DOI: http://dx.doi.org/10.18203/2349-3291.ijcp20175594

A 6-month-old male infant refuses to move his left leg

Evie Huang, Unikora Yang, Mona P. Gera

Abstract


Chronic granulomatous disease (CGD) is a rare, genetically heterogeneous condition that occur from mutations in NADPH oxidase, resulting in recurrent infections from catalase-positive organisms and granuloma formation. It is most commonly diagnosed within the first two years of life. We present a case of a six-month-old infant who presented with left tibial pain with initial concerns for child abuse and was found to have CGD. A skeletal survey revealed multiple lytic lesions, diffuse osteopenia, and opacities in the lungs. MRI revealed a tibial subperiosteal abscess and, after incision and drainage, cultures grew Serratia marcescens, an unusual catalase-positive organism. Targeted testing for immunodeficiency revealed 0% NADPH oxidase activity on nitro blue tetrazolium (NBT), confirming the diagnosis.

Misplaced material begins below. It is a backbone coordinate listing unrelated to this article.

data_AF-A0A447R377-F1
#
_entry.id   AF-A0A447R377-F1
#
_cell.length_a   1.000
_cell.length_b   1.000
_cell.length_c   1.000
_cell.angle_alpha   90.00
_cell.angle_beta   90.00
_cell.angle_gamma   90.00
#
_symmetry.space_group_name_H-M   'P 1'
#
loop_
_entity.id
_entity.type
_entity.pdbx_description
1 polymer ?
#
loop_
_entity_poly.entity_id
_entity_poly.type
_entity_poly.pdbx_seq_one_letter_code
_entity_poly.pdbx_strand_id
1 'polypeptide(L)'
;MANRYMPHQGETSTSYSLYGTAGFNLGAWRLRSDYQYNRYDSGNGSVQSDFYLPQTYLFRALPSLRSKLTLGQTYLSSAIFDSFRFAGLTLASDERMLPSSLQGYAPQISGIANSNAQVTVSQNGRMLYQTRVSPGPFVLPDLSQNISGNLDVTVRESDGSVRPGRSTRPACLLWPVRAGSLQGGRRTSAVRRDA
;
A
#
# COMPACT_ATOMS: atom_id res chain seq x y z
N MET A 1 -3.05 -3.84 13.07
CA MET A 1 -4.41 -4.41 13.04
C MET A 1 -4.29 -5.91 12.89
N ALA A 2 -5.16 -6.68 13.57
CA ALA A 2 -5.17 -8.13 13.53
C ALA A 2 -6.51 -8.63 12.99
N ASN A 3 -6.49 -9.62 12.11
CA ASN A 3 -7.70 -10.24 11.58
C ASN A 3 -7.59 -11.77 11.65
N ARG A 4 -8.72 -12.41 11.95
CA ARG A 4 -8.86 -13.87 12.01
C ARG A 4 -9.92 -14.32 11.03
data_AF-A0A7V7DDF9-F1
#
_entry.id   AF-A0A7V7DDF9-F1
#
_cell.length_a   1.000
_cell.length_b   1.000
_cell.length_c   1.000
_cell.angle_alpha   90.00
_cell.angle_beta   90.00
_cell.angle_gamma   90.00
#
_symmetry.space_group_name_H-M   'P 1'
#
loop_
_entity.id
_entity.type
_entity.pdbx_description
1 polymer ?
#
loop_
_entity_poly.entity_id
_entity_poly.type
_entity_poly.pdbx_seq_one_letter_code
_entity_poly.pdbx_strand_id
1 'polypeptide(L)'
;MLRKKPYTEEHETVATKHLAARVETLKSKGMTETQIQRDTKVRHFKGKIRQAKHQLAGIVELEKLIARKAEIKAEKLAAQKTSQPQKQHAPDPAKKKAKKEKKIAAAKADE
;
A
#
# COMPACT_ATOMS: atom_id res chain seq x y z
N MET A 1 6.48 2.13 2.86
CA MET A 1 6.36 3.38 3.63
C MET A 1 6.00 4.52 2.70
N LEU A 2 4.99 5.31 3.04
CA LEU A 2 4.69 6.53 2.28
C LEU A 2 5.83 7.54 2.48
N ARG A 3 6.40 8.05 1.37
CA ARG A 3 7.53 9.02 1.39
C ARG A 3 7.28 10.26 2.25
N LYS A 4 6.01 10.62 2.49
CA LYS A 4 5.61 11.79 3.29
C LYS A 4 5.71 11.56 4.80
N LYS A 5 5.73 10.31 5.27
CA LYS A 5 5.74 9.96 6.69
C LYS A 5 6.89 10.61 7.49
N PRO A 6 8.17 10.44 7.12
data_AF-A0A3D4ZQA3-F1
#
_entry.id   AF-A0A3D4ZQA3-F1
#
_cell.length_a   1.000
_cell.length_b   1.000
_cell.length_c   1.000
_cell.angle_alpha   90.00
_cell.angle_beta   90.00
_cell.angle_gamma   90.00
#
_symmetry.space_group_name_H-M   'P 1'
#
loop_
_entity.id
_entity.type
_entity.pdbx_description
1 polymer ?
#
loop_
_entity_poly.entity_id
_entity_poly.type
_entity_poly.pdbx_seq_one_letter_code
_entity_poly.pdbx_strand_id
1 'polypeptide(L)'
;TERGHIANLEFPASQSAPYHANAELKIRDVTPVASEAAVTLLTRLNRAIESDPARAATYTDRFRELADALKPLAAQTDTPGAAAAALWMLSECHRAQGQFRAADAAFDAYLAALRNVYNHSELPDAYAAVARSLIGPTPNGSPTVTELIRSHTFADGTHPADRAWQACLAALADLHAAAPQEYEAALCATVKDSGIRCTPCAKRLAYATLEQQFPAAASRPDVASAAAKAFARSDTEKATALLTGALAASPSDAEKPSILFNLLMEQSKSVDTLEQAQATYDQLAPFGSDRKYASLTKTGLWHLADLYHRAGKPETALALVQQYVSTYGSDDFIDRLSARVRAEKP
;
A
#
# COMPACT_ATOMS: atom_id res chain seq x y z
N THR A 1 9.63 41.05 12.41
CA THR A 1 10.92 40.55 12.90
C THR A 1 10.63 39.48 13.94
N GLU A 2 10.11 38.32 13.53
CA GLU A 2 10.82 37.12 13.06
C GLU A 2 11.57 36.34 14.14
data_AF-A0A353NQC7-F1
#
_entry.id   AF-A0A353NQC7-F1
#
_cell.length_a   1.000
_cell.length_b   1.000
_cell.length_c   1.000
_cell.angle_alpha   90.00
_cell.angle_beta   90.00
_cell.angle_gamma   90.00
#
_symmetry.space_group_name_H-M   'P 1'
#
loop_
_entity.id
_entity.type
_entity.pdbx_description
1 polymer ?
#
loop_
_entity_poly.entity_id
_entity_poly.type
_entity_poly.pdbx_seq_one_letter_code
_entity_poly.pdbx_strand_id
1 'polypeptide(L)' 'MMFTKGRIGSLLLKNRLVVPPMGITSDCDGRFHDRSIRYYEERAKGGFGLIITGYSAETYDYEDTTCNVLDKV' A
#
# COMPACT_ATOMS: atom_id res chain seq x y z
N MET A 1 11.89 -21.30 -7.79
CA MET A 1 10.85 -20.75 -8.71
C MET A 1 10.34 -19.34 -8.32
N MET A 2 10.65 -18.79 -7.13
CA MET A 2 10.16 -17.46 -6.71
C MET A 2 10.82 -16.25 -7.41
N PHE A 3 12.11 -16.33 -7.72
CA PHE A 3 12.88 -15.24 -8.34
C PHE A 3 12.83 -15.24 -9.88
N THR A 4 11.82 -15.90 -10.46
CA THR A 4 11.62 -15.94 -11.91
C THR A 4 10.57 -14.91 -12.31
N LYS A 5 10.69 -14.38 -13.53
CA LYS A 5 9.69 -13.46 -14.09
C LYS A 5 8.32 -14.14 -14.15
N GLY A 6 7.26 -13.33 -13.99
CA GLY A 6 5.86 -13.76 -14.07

Keywords


Chronic granulomatous disease, Catalase-positive organisms, DHR test, NADPH oxidase, NBT test

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References


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